Because the GE Carestation ventilator, which was used in these experiments, does not provide a numeric display of delivered volume when set in a pressure control mode, we compared ventilator-recorded expired volumes following TLC inflations with those measured with NICO. On average, the expired volume displayed on the ventilator was 5% ± 10% smaller than that measured with NICO. In part, this discrepancy reflects post hoc adjustments of ventilator-displayed volumes to account for temperature, humidity, and tubing compliance. As recently reported, precision, accuracy, and handling of volume information differ widely among commercially available mechanical ventilators [13].

Discussion

The main conclusion from this small observational study is that measuring the IC of intubated patients helps predict effective lung size. Our premise entering this study was that sizing the recruitable lung is important for individualizing patient care. Our research did not test the imperative of this premise. Nevertheless, we find its underlying rationale compelling. It is generally accepted that lungs, particularly when injured, are vulnerable to additional damage by both cyclic recruitment/derecruitment and overinflation. The two injury mechanisms frequently coexist in the same lung. While prevention of the former calls for an increase in parenchymal stress (usually in the form of PEEP), prevention of the latter mandates a stress reduction, which is usually accomplished by limiting Pplat. With increasing lung impairment, the upper and lower volumes and hence stress safety boundaries within which both imperatives may be accomplished approach one another. In other words, the 'safe' inflation pressure amplitude, defined as the difference between optimal PEEP (one that maximizes recruitment) and a 'safe' Plat (one that minimizes the risk of overdistension), approaches zero or may even assume a negative value. Whereas sizing the recruitable lung does not address the choice of best PEEP or mean airway pressure per se, it does provide information about the probability that a chosen VT will encroach on upper or lower lung volume (or both) or stress safety boundaries.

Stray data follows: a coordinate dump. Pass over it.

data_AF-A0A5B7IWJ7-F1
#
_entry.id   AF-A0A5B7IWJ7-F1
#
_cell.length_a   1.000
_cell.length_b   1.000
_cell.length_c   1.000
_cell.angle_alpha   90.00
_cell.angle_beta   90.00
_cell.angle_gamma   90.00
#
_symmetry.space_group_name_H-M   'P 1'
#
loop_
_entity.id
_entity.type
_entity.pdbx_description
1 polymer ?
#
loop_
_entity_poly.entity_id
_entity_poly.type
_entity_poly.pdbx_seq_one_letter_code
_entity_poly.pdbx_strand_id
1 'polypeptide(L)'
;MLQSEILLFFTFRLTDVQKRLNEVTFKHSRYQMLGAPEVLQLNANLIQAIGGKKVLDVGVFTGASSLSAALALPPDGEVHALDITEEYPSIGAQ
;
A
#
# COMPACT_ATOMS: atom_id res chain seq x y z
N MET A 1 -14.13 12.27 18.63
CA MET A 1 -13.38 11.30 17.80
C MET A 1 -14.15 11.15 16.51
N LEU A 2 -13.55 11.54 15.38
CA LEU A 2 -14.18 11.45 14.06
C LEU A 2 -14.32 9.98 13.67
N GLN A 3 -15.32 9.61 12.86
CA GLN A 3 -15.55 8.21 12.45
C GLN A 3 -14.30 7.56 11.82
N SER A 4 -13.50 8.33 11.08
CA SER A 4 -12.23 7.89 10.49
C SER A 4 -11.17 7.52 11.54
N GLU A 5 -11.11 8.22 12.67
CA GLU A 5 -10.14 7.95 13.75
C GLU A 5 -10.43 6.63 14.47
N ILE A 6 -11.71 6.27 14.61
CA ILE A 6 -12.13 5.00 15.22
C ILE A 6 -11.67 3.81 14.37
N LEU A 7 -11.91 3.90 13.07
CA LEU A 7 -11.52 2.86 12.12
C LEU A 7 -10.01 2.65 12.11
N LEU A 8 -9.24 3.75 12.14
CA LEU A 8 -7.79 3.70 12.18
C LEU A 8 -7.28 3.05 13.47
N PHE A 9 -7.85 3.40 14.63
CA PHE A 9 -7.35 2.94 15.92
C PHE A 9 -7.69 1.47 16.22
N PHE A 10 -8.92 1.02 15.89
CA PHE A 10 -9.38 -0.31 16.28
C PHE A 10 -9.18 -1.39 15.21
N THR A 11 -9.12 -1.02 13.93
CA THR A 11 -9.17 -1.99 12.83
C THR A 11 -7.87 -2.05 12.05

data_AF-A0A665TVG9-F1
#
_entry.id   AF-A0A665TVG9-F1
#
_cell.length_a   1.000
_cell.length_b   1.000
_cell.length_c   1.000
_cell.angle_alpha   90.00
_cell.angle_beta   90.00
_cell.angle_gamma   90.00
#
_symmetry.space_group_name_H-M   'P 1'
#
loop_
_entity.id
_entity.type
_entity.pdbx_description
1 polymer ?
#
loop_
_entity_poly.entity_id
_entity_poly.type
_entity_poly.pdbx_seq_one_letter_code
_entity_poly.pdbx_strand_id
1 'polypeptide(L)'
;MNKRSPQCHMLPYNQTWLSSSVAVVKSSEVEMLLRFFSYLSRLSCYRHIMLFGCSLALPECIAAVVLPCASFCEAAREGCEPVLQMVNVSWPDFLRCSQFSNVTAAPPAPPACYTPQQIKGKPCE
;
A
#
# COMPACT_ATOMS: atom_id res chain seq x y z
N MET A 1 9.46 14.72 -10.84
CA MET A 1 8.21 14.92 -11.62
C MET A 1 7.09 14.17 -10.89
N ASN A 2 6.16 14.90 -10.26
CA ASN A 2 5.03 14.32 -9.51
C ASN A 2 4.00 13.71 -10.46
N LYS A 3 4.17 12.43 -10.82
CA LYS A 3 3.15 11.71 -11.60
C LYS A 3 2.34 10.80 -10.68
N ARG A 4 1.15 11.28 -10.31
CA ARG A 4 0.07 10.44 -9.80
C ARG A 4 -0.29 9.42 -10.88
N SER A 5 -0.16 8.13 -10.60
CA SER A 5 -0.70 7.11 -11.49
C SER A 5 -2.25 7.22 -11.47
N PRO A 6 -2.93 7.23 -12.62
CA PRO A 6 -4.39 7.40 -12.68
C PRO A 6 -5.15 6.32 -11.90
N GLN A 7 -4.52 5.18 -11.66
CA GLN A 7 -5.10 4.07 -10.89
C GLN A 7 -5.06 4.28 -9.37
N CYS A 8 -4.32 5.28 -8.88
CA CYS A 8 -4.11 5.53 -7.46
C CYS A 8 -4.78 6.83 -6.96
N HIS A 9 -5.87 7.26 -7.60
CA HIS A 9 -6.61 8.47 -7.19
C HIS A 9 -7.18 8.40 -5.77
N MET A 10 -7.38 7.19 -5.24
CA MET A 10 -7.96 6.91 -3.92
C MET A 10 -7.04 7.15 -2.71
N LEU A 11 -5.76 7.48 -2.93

We assumed that the TGV at a transrespiratory system pressure (PRS) of 40 cm H2O provides a reasonable estimate of the injured lungs' total capacity. In normal humans, TLC is almost completely determined by the size and recoil properties of the lungs because the lungs' compliance near TLC approaches zero whereas that of the chest wall remains finite. As a result, in upright normal humans, the intrathoracic pressure near TLC approximates 10 cm H2O [14]. The widely accepted plateau pressure threshold of 30 cm H2O as a surrogate of stress injury risk is implicitly based on these estimates. It is now apparent that the lungs of many recumbent patients, particularly those with increased BMI or distended abdomens or both, are not fully expanded at a PRS of 30 cm H2O [6]. Therefore, we defined TLC as the TGV at a PRS of 40 cm H2O. It is nevertheless likely that, in patients with extensive alveolar flooding and collapse or with morbid obesity or with both, even a PRS of 40 cm H2O does not guarantee full lung inflation. The choice of 40 cm H2O thus represents a compromise between patient safety and biologic certainty.

Our data are entirely in line with observations by Chiumello and colleagues [5], who emphasized the large between-patient variability in lung strain when VT is scaled to PBW. Since Chiumello and colleagues defined strain as the fractional volume change between Vrel and the lung volume at end-inflation, it may be assumed that patients with the smallest Vrel, those with the largest PBW, and those who were ventilated with high levels of PEEP generated the largest strain estimates. In contrast, TLC and IC were not measured directly or reported, so that lung deformation relative to lung capacity (that is, VT/TLC) cannot be inferred from the data of Chiumello and colleagues [5]. We favor VT/TLC as a surrogate of the deformation experienced by aerated alveoli. In a normal lung, alveolar size is uniform at TLC, so that regional VT/TLC may be treated as an index of regional alveolar ventilation [15]. Since in patients with ARDS the mechanical properties of aerated alveoli were found to be relatively normal [5], our reasoning applies to injured lungs as well.